Why Does Your Dog Throw Up After Eating but Act Normal?

Dr. Jason Gagné, DVM, DACVIM
By Dr. Jason Gagné, DVM, DACVIM
Updated: 5/9/20242-4 minutes
A man giving a dog food to a dog

If your dog throws up after eating, it’s tempting to assume they’re sick. If it’s an isolated incident, though, the situation may not be as urgent as it seems. 

While you should take it seriously and contact your veterinarian if you’re concerned, vomiting after a meal isn’t necessarily a cause for alarm.  

Often, there are factors at play that are temporary or non-life-threatening. This could be why their behavior is otherwise normal. 

It’s also possible that rather than throwing up, they’re regurgitating their food.  

Let’s take a look at why canines throw up after ingesting dog food, the differences between vomiting and regurgitation, and tips for providing care for your pet. 

Why Your Dog Throws Up After Eating

There could be several reasons why your dog is vomiting after eating. To pinpoint the cause, it helps to first consider their overall health, behavior and diet.   

  • Have they been diagnosed with an illness by your veterinarian? Vomiting is a symptom of different conditions, infections and diseases.  
  • Has their general demeanor changed recently? Throwing up could be related to other atypical behaviors. 
  • How about their eating habits? If they’ve tried new foods or tend to munch on scraps wherever they go, it could explain why they vomit. 

Dog Vomiting After Eating – Possible Causes

As you consider your pet’s general health and diet, here are some common reasons why dogs throw up after eating.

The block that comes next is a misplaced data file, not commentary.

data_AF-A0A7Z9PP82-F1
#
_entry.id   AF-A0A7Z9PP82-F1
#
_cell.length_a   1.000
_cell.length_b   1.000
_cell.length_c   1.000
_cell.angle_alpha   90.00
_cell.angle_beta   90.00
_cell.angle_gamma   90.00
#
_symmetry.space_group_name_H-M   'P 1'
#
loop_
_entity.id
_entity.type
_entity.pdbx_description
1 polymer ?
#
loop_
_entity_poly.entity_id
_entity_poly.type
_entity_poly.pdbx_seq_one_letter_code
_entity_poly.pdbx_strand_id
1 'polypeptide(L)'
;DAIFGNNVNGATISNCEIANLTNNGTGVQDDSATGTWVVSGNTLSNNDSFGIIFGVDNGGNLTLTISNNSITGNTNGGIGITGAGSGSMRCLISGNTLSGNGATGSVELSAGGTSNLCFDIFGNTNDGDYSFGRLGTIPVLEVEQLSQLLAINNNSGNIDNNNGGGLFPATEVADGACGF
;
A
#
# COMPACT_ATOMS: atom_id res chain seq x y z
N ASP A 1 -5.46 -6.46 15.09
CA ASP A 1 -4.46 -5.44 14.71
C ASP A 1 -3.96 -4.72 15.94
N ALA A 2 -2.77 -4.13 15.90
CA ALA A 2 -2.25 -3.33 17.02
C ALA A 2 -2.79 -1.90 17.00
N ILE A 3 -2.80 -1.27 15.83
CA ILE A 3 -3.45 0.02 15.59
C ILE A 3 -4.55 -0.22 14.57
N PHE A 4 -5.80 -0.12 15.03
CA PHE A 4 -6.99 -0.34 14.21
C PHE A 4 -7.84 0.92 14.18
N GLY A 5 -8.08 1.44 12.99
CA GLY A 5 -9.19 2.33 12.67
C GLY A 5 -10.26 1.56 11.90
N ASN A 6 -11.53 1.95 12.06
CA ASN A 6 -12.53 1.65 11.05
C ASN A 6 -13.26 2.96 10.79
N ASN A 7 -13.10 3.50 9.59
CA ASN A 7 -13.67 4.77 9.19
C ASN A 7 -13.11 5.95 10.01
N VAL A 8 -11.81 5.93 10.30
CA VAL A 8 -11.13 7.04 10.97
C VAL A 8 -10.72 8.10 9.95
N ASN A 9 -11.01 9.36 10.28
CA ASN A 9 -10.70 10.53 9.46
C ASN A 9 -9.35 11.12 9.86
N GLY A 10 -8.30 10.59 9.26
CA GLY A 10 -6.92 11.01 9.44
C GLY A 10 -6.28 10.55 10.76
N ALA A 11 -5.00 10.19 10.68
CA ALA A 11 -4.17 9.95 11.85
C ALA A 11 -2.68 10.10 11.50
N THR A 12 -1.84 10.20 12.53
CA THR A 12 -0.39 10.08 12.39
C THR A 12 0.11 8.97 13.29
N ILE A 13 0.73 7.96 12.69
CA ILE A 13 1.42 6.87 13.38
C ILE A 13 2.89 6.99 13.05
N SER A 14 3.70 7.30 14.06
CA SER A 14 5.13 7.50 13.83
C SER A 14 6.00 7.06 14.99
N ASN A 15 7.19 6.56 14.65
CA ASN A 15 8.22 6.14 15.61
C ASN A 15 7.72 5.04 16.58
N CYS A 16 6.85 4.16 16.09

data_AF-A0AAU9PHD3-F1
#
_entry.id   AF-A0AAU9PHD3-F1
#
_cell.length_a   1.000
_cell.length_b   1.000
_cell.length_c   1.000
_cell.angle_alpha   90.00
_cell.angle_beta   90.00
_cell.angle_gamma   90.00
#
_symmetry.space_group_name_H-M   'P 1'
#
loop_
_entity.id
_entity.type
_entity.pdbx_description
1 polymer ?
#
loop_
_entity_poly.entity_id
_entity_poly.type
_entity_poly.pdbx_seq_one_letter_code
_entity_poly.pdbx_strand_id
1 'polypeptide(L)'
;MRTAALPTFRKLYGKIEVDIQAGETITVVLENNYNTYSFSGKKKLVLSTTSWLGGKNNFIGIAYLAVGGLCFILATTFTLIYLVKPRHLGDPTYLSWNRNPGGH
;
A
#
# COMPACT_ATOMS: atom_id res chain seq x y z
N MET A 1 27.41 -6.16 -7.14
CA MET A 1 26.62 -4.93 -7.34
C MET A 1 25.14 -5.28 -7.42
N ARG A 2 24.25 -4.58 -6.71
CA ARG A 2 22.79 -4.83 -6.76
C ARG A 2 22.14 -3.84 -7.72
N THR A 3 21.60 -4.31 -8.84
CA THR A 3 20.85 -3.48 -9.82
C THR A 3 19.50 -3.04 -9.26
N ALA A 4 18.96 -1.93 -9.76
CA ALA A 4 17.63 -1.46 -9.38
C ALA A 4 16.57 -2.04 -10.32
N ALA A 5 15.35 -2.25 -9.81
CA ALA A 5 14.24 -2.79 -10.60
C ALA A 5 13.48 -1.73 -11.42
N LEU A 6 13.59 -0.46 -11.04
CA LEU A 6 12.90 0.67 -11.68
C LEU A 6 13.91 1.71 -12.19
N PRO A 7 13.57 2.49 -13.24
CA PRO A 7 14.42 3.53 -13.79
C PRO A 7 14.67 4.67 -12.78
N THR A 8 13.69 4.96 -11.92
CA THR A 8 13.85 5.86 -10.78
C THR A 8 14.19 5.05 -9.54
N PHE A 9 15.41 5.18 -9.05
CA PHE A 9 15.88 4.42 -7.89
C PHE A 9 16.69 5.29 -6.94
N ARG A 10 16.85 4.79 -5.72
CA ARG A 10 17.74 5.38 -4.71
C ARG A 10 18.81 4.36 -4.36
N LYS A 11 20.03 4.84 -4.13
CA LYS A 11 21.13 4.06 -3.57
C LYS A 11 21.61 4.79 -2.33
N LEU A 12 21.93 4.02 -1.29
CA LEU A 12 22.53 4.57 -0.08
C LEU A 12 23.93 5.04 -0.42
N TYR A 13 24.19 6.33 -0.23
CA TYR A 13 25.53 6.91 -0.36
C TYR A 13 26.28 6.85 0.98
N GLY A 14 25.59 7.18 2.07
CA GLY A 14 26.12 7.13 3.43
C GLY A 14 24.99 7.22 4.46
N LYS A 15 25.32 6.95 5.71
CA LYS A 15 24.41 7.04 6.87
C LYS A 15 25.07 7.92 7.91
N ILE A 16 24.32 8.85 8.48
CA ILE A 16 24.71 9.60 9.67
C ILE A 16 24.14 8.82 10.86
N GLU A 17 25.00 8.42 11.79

Digestive System Problems 

If your canine companion is experiencing digestive system problems, eating may lead to vomiting.  

A disturbance to the gastrointestinal (GI) tract can impair your pet’s ability to digest and absorb nutrients.  

If you think this is the problem, contact your veterinarian. The digestive system is complex, containing everything from the mouth and esophagus to the liver and pancreas. They’ll need to examine your pet to determine the cause and rule out serious medical conditions. 

The good news is some digestive issues resolve themselves. Once your dog’s GI system settles down, they may return to their happy, healthy self. 

Abrupt Change in Diet

Changing dog food should be done gradually. If you abruptly switch what your pet eats, their digestive system may suffer.  

It’s recommended that you transition food over a 7- to 10-day period to give your pet’s body time to adjust.  

Eating Too Quickly

Some dogs enthusiastically devour their food like it’s their last meal. The problem with eating this fast is, in some cases, their digestive system can’t keep up.  

There may not be enough saliva to help break down the meal, and the intestines might be unable to process what’s rapidly passing through them.  

Additionally, dogs swallow more air when they eat fast, which can cause bloating and cramping.  


Sometimes eating too fast can be caused by anxiety.  

In homes with multiple pets, it’s not unusual for canines to become territorial at meal time if they eat near each other. If they feel like their bowl of kibble is threatened, they might speed up the process.